Salsiccia and spring vegetable orzotto

WP_20150419_004On a recent trip to the market, I was sauntering around the stalls looking to see what was new. I wandered over to the butchers’ area, where one stall in particular caught my eye. They had a great selection of sausages and cured meats which I couldn’t resist! I bought a pack of salsiccia, a traditional coarsely ground Italian sausage made with garlic, fennel seed and black pepper. On the way home, I decided to make this light and tasty dish that uses the spring-like flavours in the sausage to their best advantage and pays homage to all the fresh spring produce that is being harvested at the moment!

I am not a very precise cook, and usually take no heed of measurements, but I have tried my best to note it all down. You will need:

75ml Vegetable Stock (I used a Kallo stock cube) 

1 finely chopped shallot 

2 finely chopped carrots 

Finely sliced spring greens 

Oil 

Orzo pasta (this looks like rice but is actually just a rice-shaped pasta, most shops stock it – even my closest inner-city Sainsbury’s – but if you can’t find it risotto rice or even pearl barley will do!) 

2 Salsiccia sausages (don’t worry if you can’t find salsiccia, just use normal sausagemeat or pork mince and add ground fennel seed, finely chopped garlic and coarsely ground black pepper to the meat)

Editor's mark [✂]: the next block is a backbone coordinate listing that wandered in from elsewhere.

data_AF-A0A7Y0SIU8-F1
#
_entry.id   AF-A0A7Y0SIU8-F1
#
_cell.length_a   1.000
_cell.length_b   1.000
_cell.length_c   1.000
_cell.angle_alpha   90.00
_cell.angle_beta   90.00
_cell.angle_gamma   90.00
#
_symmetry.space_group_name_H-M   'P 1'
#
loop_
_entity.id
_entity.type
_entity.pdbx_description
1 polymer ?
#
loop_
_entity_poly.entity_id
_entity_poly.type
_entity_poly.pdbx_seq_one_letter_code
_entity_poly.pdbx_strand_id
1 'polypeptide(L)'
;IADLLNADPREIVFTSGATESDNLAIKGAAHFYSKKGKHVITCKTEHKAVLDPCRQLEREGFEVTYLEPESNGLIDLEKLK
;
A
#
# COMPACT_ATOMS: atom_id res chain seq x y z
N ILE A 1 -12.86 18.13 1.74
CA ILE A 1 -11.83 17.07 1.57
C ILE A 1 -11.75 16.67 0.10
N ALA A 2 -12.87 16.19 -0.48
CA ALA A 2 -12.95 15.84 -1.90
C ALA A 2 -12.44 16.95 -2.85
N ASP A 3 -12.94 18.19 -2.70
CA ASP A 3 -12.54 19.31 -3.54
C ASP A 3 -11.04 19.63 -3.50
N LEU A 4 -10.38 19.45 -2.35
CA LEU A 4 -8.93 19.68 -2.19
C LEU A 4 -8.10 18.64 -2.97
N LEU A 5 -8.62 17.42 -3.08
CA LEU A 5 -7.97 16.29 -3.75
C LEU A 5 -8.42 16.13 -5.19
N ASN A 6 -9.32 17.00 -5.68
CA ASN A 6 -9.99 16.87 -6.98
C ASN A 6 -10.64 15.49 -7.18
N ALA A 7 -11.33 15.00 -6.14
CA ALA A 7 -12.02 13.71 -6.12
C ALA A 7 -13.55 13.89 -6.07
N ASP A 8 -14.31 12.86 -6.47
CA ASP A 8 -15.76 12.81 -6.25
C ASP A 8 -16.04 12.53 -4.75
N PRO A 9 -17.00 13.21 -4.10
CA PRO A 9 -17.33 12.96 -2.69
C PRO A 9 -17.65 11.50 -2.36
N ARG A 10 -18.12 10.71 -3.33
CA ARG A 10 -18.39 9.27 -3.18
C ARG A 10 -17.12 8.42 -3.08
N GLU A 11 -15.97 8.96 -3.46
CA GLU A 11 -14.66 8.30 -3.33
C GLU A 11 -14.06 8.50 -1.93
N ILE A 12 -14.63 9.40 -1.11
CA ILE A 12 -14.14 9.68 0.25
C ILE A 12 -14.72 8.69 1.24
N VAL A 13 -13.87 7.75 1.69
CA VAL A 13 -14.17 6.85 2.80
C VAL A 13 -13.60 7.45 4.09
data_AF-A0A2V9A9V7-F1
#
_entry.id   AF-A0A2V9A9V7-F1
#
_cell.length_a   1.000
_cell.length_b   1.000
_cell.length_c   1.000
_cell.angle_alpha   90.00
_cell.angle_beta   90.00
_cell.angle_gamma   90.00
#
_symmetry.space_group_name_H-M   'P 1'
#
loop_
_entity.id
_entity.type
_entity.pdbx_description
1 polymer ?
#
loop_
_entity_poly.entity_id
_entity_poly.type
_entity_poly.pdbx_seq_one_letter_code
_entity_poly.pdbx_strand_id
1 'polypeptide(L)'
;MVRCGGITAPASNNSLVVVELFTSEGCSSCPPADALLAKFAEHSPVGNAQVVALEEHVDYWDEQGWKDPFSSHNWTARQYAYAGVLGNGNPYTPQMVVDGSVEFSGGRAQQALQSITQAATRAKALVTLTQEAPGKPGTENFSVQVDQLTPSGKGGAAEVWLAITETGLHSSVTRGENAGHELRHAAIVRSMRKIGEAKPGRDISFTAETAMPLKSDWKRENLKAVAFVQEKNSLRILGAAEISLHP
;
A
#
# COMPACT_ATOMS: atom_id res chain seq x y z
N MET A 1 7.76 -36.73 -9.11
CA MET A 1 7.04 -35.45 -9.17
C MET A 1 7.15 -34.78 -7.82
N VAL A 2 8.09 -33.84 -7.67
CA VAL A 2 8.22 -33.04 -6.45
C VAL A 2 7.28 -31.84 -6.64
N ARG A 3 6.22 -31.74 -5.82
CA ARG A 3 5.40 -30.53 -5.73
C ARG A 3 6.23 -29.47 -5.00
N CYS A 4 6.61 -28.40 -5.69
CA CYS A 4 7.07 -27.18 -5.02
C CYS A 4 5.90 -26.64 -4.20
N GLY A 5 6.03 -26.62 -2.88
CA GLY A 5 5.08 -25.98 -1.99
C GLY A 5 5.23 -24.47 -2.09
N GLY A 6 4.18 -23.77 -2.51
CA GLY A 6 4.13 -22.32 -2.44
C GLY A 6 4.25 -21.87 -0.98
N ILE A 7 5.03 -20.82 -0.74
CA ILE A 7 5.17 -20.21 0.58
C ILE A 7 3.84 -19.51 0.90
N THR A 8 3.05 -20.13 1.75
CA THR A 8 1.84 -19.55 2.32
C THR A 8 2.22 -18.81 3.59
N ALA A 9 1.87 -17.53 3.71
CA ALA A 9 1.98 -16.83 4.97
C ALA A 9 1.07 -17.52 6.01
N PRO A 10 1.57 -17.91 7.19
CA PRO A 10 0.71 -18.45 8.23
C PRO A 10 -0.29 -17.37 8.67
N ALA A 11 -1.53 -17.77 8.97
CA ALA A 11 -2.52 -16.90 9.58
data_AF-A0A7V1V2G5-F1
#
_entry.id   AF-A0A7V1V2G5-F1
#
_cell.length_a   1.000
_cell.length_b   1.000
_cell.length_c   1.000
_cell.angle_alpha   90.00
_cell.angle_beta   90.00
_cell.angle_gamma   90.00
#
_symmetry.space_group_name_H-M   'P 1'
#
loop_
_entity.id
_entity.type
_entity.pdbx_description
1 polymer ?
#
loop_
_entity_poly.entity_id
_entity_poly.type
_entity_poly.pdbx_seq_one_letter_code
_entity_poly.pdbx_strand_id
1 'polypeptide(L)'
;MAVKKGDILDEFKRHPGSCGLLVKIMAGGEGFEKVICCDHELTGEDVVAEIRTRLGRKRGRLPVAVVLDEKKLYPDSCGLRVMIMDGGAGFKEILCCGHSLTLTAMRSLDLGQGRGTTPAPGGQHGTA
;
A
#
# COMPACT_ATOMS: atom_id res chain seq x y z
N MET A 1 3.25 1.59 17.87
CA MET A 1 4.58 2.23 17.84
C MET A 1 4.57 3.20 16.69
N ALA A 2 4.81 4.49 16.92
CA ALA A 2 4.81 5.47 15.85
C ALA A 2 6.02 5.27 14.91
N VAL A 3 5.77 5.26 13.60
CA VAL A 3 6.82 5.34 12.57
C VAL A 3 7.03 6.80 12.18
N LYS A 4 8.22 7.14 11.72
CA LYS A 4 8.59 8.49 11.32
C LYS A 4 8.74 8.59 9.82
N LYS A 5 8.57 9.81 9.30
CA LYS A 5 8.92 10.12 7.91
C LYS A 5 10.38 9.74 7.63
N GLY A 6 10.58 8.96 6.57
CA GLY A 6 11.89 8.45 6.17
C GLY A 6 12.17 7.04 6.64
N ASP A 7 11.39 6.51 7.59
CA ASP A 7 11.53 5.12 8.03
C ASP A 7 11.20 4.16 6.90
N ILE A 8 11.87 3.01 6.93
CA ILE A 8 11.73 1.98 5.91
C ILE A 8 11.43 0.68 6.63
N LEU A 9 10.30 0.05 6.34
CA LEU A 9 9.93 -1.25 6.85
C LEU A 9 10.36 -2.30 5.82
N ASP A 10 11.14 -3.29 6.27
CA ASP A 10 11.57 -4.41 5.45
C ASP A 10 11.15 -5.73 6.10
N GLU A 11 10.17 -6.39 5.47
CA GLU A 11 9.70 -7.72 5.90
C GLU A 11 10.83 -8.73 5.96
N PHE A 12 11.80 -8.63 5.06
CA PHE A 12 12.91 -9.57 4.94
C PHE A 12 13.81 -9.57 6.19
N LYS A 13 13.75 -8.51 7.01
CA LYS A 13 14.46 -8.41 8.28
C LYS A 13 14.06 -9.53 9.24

1/2 tsp thyme and sage 

Optional extras: a glass of white wine, finely sliced wild garlic, and grated cheese (preferably an Italian hard cheese such as parmesan or pecorino romano) 

Serves 2

Prepare the vegetable stock if you’re using a cube. Then heat the olive oil (or whatever oil you have to hand) in a heavy-bottomed pan on a medium heat.

Add the shallots and fry them lightly until they are translucent. Remove the salsiccia sausage meat from the casings and add this to the pan (or a different sausagemeat/the pork mince and spice mixture, if using). Fry this meat like mince, breaking it up with your spatula if it sticks together, until lightly browned.

Add the orzo (or rice/pearl barley – for each of these I would use around a handful per person) and keep stirring it until it is well-coated in the shallot and meat juices and slightly translucent. Add ½ a teaspoon each of thyme and sage.

At this point, traditionally, you could add a glass of white wine to the orzo mixture and let it evaporate. If you’re not using the wine (I didn’t), you can add some of the stock instead.

Stir the mixture well until the orzo has absorbed the stock and then add more. Keep stirring and adding more stock (once absorbed) until the orzo is cooked. Just before you add the last ladle of stock (just before the orzo is completely cooked and still has a little bite), add the chopped carrots and sliced spring greens (or whatever green vegetable you fancy – leeks, broccoli or even asparagus would go equally well).

If you like, you could add some of the grated cheese at this point, but I prefer not to – it’s usually creamy enough for me without – and add salt to taste. Plate up and garnish with your wild garlic (if using).

I love eating this sat outside in the garden with a glass of white wine while listening to the birds and the buzzing of the bees!

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